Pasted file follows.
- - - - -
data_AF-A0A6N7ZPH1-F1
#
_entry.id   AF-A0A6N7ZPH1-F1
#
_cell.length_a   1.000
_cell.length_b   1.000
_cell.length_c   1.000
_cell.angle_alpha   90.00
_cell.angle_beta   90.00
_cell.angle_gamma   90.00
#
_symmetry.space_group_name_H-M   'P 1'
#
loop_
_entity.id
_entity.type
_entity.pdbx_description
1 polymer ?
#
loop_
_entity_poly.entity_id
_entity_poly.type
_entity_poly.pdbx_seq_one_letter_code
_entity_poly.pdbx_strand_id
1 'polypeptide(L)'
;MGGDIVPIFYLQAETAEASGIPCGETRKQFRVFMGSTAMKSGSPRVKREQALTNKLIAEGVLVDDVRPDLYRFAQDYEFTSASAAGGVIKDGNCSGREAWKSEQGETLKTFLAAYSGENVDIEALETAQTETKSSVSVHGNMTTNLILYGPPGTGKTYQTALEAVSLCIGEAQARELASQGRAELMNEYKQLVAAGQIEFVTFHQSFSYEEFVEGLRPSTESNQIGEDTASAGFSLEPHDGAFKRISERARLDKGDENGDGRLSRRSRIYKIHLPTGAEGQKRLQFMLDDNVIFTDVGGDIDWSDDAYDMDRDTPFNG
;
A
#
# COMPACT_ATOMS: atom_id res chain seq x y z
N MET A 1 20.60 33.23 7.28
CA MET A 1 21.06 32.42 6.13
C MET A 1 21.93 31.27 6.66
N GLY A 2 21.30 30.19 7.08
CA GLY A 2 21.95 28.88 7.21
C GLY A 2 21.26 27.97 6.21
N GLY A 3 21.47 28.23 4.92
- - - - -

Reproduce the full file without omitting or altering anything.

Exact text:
data_AF-A0A6N7ZPH1-F1
#
_entry.id   AF-A0A6N7ZPH1-F1
#
_cell.length_a   1.000
_cell.length_b   1.000
_cell.length_c   1.000
_cell.angle_alpha   90.00
_cell.angle_beta   90.00
_cell.angle_gamma   90.00
#
_symmetry.space_group_name_H-M   'P 1'
#
loop_
_entity.id
_entity.type
_entity.pdbx_description
1 polymer ?
#
loop_
_entity_poly.entity_id
_entity_poly.type
_entity_poly.pdbx_seq_one_letter_code
_entity_poly.pdbx_strand_id
1 'polypeptide(L)'
;MGGDIVPIFYLQAETAEASGIPCGETRKQFRVFMGSTAMKSGSPRVKREQALTNKLIAEGVLVDDVRPDLYRFAQDYEFTSASAAGGVIKDGNCSGREAWKSEQGETLKTFLAAYSGENVDIEALETAQTETKSSVSVHGNMTTNLILYGPPGTGKTYQTALEAVSLCIGEAQARELASQGRAELMNEYKQLVAAGQIEFVTFHQSFSYEEFVEGLRPSTESNQIGEDTASAGFSLEPHDGAFKRISERARLDKGDENGDGRLSRRSRIYKIHLPTGAEGQKRLQFMLDDNVIFTDVGGDIDWSDDAYDMDRDTPFNG
;
A
#
# COMPACT_ATOMS: atom_id res chain seq x y z
N MET A 1 20.60 33.23 7.28
CA MET A 1 21.06 32.42 6.13
C MET A 1 21.93 31.27 6.66
N GLY A 2 21.30 30.19 7.08
CA GLY A 2 21.95 28.88 7.21
C GLY A 2 21.26 27.97 6.21
N GLY A 3 21.47 28.23 4.92